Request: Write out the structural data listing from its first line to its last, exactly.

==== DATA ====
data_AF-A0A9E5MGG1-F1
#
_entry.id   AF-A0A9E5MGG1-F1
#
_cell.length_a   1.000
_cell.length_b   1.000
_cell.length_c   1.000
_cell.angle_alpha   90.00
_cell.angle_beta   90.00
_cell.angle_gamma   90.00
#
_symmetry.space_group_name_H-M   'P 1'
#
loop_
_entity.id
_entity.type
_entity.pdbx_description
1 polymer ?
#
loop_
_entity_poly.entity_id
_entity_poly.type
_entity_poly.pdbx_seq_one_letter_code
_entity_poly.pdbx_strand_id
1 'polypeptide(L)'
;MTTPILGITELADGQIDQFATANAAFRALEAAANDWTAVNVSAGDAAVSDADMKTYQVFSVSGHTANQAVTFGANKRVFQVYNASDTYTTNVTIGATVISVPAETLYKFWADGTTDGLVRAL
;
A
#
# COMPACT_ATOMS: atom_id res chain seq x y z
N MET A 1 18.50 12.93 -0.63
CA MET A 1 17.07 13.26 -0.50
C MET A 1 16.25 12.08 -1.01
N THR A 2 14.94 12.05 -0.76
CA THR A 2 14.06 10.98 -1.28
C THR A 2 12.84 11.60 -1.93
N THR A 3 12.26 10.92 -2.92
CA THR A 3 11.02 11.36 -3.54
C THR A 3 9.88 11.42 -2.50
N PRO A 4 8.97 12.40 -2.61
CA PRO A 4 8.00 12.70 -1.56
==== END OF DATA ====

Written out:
data_AF-A0A9E5MGG1-F1
#
_entry.id   AF-A0A9E5MGG1-F1
#
_cell.length_a   1.000
_cell.length_b   1.000
_cell.length_c   1.000
_cell.angle_alpha   90.00
_cell.angle_beta   90.00
_cell.angle_gamma   90.00
#
_symmetry.space_group_name_H-M   'P 1'
#
loop_
_entity.id
_entity.type
_entity.pdbx_description
1 polymer ?
#
loop_
_entity_poly.entity_id
_entity_poly.type
_entity_poly.pdbx_seq_one_letter_code
_entity_poly.pdbx_strand_id
1 'polypeptide(L)'
;MTTPILGITELADGQIDQFATANAAFRALEAAANDWTAVNVSAGDAAVSDADMKTYQVFSVSGHTANQAVTFGANKRVFQVYNASDTYTTNVTIGATVISVPAETLYKFWADGTTDGLVRAL
;
A
#
# COMPACT_ATOMS: atom_id res chain seq x y z
N MET A 1 18.50 12.93 -0.63
CA MET A 1 17.07 13.26 -0.50
C MET A 1 16.25 12.08 -1.01
N THR A 2 14.94 12.05 -0.76
CA THR A 2 14.06 10.98 -1.28
C THR A 2 12.84 11.60 -1.93
N THR A 3 12.26 10.92 -2.92
CA THR A 3 11.02 11.36 -3.54
C THR A 3 9.88 11.42 -2.50
N PRO A 4 8.97 12.40 -2.61
CA PRO A 4 8.00 12.70 -1.56